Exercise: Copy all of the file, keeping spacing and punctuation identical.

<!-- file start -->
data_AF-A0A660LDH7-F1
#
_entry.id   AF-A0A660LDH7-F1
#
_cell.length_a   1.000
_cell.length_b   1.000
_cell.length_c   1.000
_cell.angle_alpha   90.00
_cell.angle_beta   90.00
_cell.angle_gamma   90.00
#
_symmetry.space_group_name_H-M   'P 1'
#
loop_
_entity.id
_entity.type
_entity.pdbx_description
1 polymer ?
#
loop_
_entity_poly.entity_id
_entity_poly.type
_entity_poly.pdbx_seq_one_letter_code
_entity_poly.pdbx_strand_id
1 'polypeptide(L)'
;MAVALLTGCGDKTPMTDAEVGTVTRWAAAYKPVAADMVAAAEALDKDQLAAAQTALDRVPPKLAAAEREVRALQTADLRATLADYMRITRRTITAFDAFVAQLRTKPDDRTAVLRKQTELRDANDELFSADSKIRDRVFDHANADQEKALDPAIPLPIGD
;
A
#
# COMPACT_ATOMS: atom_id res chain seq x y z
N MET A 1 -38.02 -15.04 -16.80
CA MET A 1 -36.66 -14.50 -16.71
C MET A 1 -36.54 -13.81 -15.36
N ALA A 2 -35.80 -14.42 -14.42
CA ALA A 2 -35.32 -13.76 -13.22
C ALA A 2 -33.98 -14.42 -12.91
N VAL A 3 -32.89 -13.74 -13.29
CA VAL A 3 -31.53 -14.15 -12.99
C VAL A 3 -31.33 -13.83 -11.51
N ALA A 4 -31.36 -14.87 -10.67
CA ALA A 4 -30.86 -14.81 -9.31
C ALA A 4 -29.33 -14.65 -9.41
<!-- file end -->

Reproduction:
data_AF-A0A660LDH7-F1
#
_entry.id   AF-A0A660LDH7-F1
#
_cell.length_a   1.000
_cell.length_b   1.000
_cell.length_c   1.000
_cell.angle_alpha   90.00
_cell.angle_beta   90.00
_cell.angle_gamma   90.00
#
_symmetry.space_group_name_H-M   'P 1'
#
loop_
_entity.id
_entity.type
_entity.pdbx_description
1 polymer ?
#
loop_
_entity_poly.entity_id
_entity_poly.type
_entity_poly.pdbx_seq_one_letter_code
_entity_poly.pdbx_strand_id
1 'polypeptide(L)'
;MAVALLTGCGDKTPMTDAEVGTVTRWAAAYKPVAADMVAAAEALDKDQLAAAQTALDRVPPKLAAAEREVRALQTADLRATLADYMRITRRTITAFDAFVAQLRTKPDDRTAVLRKQTELRDANDELFSADSKIRDRVFDHANADQEKALDPAIPLPIGD
;
A
#
# COMPACT_ATOMS: atom_id res chain seq x y z
N MET A 1 -38.02 -15.04 -16.80
CA MET A 1 -36.66 -14.50 -16.71
C MET A 1 -36.54 -13.81 -15.36
N ALA A 2 -35.80 -14.42 -14.42
CA ALA A 2 -35.32 -13.76 -13.22
C ALA A 2 -33.98 -14.42 -12.91
N VAL A 3 -32.89 -13.74 -13.29
CA VAL A 3 -31.53 -14.15 -12.99
C VAL A 3 -31.33 -13.83 -11.51
N ALA A 4 -31.36 -14.87 -10.67
CA ALA A 4 -30.86 -14.81 -9.31
C ALA A 4 -29.33 -14.65 -9.41